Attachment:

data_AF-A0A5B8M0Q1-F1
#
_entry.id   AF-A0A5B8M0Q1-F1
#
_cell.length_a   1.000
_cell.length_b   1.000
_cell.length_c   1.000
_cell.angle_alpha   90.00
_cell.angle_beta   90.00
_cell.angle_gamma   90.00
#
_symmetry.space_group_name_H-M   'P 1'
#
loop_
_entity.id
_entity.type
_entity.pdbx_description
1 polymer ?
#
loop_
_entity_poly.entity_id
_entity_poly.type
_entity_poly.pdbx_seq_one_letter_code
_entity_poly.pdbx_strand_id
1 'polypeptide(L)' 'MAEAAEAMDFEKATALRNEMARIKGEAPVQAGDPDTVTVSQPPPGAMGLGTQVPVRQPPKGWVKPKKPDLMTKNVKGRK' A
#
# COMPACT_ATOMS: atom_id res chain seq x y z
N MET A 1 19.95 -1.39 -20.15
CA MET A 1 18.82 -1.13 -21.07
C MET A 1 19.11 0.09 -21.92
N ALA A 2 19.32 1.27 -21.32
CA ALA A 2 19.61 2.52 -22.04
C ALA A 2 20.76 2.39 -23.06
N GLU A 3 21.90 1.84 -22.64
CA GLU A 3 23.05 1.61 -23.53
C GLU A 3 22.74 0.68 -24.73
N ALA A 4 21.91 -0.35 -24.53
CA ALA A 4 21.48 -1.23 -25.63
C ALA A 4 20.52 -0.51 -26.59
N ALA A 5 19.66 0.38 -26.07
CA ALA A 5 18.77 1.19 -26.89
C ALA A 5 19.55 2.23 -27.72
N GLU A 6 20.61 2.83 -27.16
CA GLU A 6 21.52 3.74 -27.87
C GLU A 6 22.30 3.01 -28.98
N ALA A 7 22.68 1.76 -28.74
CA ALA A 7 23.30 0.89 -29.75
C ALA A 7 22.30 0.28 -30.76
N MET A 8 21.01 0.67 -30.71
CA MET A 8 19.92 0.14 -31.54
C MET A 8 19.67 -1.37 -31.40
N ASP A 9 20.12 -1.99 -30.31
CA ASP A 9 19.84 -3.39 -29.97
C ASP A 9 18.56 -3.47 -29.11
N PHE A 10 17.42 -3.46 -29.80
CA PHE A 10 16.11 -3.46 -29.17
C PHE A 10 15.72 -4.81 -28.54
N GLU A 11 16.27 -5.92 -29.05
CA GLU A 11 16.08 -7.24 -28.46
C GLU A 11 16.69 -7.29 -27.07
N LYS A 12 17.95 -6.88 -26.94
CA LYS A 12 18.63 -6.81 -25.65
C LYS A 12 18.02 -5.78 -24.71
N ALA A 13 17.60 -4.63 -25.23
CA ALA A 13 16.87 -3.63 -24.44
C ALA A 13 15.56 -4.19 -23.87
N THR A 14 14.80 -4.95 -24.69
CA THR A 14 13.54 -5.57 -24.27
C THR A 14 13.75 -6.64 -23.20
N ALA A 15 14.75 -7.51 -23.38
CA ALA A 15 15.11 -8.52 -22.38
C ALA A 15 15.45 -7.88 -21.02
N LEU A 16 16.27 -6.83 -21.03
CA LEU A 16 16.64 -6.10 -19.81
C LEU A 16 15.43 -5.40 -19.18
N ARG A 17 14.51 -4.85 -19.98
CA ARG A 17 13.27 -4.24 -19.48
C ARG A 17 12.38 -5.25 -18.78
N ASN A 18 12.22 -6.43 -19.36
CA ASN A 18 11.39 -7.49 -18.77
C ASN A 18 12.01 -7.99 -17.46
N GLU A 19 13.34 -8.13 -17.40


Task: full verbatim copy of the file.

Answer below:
data_AF-A0A5B8M0Q1-F1
#
_entry.id   AF-A0A5B8M0Q1-F1
#
_cell.length_a   1.000
_cell.length_b   1.000
_cell.length_c   1.000
_cell.angle_alpha   90.00
_cell.angle_beta   90.00
_cell.angle_gamma   90.00
#
_symmetry.space_group_name_H-M   'P 1'
#
loop_
_entity.id
_entity.type
_entity.pdbx_description
1 polymer ?
#
loop_
_entity_poly.entity_id
_entity_poly.type
_entity_poly.pdbx_seq_one_letter_code
_entity_poly.pdbx_strand_id
1 'polypeptide(L)' 'MAEAAEAMDFEKATALRNEMARIKGEAPVQAGDPDTVTVSQPPPGAMGLGTQVPVRQPPKGWVKPKKPDLMTKNVKGRK' A
#
# COMPACT_ATOMS: atom_id res chain seq x y z
N MET A 1 19.95 -1.39 -20.15
CA MET A 1 18.82 -1.13 -21.07
C MET A 1 19.11 0.09 -21.92
N ALA A 2 19.32 1.27 -21.32
CA ALA A 2 19.61 2.52 -22.04
C ALA A 2 20.76 2.39 -23.06
N GLU A 3 21.90 1.84 -22.64
CA GLU A 3 23.05 1.61 -23.53
C GLU A 3 22.74 0.68 -24.73
N ALA A 4 21.91 -0.35 -24.53
CA ALA A 4 21.48 -1.23 -25.63
C ALA A 4 20.52 -0.51 -26.59
N ALA A 5 19.66 0.38 -26.07
CA ALA A 5 18.77 1.19 -26.89
C ALA A 5 19.55 2.23 -27.72
N GLU A 6 20.61 2.83 -27.16
CA GLU A 6 21.52 3.74 -27.87
C GLU A 6 22.30 3.01 -28.98
N ALA A 7 22.68 1.76 -28.74
CA ALA A 7 23.30 0.89 -29.75
C ALA A 7 22.30 0.28 -30.76
N MET A 8 21.01 0.67 -30.71
CA MET A 8 19.92 0.14 -31.54
C MET A 8 19.67 -1.37 -31.40
N ASP A 9 20.12 -1.99 -30.31
CA ASP A 9 19.84 -3.39 -29.97
C ASP A 9 18.56 -3.47 -29.11
N PHE A 10 17.42 -3.46 -29.80
CA PHE A 10 16.11 -3.46 -29.17
C PHE A 10 15.72 -4.81 -28.54
N GLU A 11 16.27 -5.92 -29.05
CA GLU A 11 16.08 -7.24 -28.46
C GLU A 11 16.69 -7.29 -27.07
N LYS A 12 17.95 -6.88 -26.94
CA LYS A 12 18.63 -6.81 -25.65
C LYS A 12 18.02 -5.78 -24.71
N ALA A 13 17.60 -4.63 -25.23
CA ALA A 13 16.87 -3.63 -24.44
C ALA A 13 15.56 -4.19 -23.87
N THR A 14 14.80 -4.95 -24.69
CA THR A 14 13.54 -5.57 -24.27
C THR A 14 13.75 -6.64 -23.20
N ALA A 15 14.75 -7.51 -23.38
CA ALA A 15 15.11 -8.52 -22.38
C ALA A 15 15.45 -7.88 -21.02
N LEU A 16 16.27 -6.83 -21.03
CA LEU A 16 16.64 -6.10 -19.81
C LEU A 16 15.43 -5.40 -19.18
N ARG A 17 14.51 -4.85 -19.98
CA ARG A 17 13.27 -4.24 -19.48
C ARG A 17 12.38 -5.25 -18.78
N ASN A 18 12.22 -6.43 -19.36
CA ASN A 18 11.39 -7.49 -18.77
C ASN A 18 12.01 -7.99 -17.46
N GLU A 19 13.34 -8.13 -17.40